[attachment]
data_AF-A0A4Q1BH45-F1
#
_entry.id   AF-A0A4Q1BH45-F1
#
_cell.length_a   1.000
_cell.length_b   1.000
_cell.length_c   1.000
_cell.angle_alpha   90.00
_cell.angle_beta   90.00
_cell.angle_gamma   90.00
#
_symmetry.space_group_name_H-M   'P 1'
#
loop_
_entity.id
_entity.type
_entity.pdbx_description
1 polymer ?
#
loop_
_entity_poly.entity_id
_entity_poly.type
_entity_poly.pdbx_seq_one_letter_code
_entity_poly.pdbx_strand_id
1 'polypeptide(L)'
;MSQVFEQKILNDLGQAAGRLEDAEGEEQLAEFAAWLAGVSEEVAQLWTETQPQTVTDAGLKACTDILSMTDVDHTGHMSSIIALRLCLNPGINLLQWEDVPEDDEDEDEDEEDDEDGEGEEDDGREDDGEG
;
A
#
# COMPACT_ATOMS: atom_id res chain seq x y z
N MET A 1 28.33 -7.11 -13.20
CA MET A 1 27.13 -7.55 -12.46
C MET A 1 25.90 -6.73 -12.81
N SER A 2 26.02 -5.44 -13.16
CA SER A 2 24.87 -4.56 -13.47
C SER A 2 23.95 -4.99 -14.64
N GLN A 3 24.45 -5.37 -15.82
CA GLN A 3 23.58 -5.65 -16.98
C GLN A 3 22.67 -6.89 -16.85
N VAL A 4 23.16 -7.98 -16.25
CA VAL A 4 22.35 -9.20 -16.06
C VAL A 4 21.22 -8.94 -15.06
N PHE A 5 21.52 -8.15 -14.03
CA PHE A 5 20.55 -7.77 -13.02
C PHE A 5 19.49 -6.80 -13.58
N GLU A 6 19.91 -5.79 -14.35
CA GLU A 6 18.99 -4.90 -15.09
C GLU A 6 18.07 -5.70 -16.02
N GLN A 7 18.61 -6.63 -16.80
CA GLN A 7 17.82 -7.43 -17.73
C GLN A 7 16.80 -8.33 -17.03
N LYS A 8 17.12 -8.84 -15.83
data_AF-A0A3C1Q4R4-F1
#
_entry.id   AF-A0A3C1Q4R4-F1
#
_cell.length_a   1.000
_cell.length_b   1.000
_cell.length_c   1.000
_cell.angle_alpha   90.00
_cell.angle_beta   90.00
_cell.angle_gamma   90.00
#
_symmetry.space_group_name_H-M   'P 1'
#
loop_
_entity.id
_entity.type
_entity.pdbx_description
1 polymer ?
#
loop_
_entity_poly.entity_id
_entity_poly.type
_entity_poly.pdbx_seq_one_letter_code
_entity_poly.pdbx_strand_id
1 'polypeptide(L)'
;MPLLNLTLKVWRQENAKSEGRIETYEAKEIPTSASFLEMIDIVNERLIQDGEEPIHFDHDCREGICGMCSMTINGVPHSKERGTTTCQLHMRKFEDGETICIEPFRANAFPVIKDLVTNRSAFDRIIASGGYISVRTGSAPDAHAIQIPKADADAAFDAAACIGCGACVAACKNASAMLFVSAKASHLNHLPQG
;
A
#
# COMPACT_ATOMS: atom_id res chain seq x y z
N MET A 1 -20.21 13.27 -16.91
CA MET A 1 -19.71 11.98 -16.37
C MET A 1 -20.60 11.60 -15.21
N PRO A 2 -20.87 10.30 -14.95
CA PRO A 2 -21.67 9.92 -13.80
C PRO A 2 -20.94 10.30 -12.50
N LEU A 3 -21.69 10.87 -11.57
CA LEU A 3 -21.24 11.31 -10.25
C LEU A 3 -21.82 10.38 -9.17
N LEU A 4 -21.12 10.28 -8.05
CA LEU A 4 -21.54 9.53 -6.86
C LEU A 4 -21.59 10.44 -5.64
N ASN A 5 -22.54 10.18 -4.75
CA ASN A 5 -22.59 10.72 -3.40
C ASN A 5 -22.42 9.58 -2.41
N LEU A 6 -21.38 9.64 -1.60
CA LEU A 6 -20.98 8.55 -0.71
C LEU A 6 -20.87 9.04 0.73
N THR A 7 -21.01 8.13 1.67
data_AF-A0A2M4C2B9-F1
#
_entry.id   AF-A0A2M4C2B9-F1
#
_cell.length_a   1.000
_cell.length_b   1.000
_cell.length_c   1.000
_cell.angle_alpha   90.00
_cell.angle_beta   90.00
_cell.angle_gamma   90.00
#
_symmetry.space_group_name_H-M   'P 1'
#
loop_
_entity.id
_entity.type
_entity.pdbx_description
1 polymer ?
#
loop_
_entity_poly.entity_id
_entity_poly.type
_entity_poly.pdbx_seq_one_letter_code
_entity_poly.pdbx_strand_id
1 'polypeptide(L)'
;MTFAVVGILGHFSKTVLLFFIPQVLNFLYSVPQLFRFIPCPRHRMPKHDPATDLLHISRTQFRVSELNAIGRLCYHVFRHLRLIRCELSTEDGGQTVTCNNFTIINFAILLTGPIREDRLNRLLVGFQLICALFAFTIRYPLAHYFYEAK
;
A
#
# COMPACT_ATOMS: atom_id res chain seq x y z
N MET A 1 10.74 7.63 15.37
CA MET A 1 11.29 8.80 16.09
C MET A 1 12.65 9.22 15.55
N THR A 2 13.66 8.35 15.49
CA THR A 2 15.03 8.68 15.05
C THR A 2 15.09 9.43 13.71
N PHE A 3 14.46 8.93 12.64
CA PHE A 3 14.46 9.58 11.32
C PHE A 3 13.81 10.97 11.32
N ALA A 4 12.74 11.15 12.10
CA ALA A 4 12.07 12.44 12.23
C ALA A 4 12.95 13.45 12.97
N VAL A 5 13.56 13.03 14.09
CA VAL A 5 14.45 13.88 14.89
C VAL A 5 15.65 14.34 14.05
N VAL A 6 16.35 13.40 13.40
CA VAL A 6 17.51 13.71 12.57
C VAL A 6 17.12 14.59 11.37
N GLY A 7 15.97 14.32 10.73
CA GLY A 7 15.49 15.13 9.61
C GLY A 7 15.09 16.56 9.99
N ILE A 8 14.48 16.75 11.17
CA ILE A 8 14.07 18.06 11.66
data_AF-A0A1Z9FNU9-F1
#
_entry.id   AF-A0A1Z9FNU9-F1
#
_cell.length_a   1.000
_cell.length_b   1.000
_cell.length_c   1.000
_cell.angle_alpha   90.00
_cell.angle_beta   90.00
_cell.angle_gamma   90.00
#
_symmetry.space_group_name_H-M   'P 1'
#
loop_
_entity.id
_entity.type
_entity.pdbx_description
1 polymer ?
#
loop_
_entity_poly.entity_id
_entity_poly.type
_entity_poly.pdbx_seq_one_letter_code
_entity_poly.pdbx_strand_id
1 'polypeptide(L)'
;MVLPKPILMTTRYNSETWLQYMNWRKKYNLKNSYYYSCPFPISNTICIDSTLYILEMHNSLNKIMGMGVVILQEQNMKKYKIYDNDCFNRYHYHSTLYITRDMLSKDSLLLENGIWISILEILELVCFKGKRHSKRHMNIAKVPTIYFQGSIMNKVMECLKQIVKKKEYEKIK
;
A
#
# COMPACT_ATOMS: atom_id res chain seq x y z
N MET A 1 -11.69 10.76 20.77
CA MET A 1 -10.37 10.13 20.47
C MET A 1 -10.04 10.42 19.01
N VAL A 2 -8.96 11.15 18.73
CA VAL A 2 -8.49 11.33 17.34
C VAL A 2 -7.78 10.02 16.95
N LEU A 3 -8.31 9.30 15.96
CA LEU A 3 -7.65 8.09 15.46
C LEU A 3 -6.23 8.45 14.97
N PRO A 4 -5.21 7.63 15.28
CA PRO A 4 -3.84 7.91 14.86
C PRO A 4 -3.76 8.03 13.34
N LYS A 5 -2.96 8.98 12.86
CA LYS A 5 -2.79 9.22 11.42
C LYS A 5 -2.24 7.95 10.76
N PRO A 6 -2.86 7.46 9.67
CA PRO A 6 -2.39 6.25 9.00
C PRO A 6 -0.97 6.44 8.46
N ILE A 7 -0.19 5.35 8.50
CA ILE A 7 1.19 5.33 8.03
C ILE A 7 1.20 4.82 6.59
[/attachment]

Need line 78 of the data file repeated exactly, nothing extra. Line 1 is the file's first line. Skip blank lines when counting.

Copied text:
;MPLLNLTLKVWRQENAKSEGRIETYEAKEIPTSASFLEMIDIVNERLIQDGEEPIHFDHDCREGICGMCSMTINGVPHSKERGTTTCQLHMRKFEDGETICIEPFRANAFPVIKDLVTNRSAFDRIIASGGYISVRTGSAPDAHAIQIPKADADAAFDAAACIGCGACVAACKNASAMLFVSAKASHLNHLPQG